The Supreme Court upholds the ban on so-called "partial-birth abortions." Here's the decision. Anthony Kennedy turns out not to be the closet liberal many conservatives feared. Ruth Bader Ginsburg gets at the import of this: "For the first time since Roe, the Court blesses a prohibition with no exception protecting a woman's health."
For more context, read this earlier piece by Scott Lemieux. The Court has, in the end, upheld a vague and arbitrary ban--as Richard Posner has pointed out, the only difference between D&X and other procedures still allowed depends on "which way the fetus's feet are pointing"--and hence, gives legislatures plenty of leeway to continue to chip away at abortion rights. Also, as I understand it, Kennedy's ruling that the law could not be challenged facially--it would have to be contested by a plaintiff who could show that it caused her specific harm--could, potentially, make it much harder to challenge future anti-abortion laws in the courts (especially for poorer women most likely to be affected by such restrictions).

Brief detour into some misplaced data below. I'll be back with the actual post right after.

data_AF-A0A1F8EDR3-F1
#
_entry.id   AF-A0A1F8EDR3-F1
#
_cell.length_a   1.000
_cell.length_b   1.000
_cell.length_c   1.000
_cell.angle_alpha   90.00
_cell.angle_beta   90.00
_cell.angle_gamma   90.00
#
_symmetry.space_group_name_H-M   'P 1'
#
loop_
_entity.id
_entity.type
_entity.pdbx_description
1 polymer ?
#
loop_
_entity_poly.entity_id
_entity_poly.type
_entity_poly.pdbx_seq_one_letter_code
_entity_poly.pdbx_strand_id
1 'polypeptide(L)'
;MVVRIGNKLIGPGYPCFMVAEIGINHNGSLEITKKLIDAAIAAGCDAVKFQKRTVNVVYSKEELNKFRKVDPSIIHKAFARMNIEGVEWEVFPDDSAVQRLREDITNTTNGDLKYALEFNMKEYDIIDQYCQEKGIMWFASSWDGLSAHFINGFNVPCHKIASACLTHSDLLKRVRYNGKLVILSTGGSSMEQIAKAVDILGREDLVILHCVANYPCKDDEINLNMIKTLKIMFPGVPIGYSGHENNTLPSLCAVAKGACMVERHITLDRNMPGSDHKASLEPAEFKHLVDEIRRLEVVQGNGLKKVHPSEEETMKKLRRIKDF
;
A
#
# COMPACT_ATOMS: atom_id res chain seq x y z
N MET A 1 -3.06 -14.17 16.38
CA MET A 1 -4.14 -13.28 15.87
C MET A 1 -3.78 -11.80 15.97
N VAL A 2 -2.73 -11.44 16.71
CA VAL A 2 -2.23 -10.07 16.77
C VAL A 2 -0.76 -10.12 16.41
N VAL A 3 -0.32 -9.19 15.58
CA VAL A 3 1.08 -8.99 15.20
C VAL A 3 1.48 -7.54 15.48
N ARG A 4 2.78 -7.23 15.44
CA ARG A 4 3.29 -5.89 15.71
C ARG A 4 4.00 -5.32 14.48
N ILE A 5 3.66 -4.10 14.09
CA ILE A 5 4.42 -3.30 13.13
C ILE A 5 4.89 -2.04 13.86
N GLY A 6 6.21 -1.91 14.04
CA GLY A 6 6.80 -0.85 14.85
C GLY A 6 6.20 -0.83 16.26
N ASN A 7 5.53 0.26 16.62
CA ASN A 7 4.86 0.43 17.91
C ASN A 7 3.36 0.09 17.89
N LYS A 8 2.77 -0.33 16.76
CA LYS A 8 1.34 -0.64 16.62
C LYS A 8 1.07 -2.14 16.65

Update: I'm curious to know if anyone will still argue that John Roberts and Samuel Alito are "moderates" who will practice restraint and all that. (Or that this decision is less sweeping than, say, Ginsberg fears.) I guess the best that can be said about them is that they didn't sign onto this.